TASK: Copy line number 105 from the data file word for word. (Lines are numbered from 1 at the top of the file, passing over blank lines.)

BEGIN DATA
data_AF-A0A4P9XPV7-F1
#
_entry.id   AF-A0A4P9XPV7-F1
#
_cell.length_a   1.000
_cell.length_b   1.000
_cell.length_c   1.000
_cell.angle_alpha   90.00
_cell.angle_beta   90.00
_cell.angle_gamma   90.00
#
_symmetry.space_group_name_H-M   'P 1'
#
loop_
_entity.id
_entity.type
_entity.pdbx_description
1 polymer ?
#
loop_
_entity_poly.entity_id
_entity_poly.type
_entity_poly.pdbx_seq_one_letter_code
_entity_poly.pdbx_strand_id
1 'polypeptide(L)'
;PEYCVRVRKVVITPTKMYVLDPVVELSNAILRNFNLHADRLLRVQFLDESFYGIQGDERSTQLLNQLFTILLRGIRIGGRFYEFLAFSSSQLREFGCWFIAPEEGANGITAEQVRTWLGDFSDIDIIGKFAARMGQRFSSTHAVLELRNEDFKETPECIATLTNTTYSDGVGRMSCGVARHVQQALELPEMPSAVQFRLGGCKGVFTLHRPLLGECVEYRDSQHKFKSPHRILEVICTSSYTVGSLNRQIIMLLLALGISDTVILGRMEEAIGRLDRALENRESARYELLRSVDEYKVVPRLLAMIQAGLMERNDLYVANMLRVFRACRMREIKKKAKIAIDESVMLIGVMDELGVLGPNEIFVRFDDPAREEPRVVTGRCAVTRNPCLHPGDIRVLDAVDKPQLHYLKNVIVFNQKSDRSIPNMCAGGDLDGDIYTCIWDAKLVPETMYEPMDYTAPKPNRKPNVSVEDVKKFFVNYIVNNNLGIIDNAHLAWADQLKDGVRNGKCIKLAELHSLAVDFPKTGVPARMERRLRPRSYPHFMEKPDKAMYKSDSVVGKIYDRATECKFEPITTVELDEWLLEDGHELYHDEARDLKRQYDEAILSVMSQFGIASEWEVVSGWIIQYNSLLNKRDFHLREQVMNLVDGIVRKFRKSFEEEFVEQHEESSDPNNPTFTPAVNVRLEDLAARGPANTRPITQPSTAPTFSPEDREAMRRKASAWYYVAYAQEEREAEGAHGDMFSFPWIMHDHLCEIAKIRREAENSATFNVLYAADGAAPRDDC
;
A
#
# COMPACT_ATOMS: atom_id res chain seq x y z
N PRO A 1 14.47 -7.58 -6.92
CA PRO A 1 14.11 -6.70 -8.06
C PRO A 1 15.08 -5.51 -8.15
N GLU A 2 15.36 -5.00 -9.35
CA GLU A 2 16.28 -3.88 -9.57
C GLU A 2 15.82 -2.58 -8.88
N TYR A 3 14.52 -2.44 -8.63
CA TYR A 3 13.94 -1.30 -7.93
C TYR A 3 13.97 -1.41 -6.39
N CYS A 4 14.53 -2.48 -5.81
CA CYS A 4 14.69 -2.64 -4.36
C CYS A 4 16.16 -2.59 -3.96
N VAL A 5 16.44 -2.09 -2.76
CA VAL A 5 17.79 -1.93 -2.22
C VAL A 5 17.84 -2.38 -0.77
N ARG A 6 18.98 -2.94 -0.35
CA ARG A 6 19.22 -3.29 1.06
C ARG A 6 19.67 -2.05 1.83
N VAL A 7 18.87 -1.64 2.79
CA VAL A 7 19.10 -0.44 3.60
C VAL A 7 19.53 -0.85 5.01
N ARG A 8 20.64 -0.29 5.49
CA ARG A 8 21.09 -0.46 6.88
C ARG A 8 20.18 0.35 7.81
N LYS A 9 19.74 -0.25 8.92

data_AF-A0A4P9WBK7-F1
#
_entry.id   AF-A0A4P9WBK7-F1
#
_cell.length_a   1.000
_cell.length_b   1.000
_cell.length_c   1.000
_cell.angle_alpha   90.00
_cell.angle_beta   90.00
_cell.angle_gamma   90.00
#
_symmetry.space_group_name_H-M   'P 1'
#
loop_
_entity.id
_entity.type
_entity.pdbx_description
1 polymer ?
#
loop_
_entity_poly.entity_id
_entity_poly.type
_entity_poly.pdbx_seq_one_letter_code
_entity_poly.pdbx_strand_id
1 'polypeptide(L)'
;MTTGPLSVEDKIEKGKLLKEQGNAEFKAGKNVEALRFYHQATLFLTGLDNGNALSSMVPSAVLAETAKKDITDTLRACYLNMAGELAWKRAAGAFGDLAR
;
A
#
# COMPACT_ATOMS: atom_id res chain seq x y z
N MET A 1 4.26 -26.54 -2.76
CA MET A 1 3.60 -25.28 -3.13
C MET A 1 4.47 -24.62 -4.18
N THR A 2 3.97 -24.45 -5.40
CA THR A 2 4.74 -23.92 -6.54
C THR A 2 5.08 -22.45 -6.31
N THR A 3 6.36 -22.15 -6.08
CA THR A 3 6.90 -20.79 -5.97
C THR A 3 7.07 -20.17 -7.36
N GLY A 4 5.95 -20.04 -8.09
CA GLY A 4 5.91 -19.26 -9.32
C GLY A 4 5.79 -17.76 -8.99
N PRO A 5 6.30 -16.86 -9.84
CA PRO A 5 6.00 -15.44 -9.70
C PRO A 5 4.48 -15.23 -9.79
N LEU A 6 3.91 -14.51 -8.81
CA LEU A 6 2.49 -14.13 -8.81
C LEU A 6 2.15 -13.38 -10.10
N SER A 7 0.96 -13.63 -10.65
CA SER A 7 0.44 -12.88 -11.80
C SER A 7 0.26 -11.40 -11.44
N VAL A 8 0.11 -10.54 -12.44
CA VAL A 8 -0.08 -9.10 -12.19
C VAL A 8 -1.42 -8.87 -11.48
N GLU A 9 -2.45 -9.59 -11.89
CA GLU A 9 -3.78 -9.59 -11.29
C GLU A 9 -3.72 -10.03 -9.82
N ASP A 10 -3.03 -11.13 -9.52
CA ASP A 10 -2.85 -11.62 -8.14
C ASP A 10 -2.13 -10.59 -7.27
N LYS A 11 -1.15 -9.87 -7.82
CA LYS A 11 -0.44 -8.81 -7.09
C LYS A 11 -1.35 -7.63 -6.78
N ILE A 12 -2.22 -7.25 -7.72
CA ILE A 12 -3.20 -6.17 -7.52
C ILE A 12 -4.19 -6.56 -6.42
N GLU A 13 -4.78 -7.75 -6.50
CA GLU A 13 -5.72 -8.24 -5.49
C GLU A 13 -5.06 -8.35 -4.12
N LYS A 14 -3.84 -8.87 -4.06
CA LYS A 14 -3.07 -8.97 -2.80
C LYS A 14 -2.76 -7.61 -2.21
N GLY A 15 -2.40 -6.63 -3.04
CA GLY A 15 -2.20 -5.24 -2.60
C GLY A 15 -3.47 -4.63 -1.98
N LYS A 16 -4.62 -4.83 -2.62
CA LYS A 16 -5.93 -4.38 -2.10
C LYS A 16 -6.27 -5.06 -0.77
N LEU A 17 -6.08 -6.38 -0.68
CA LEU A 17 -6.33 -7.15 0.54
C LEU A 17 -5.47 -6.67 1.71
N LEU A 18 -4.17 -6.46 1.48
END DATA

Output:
CA SER A 7 0.44 -12.88 -11.80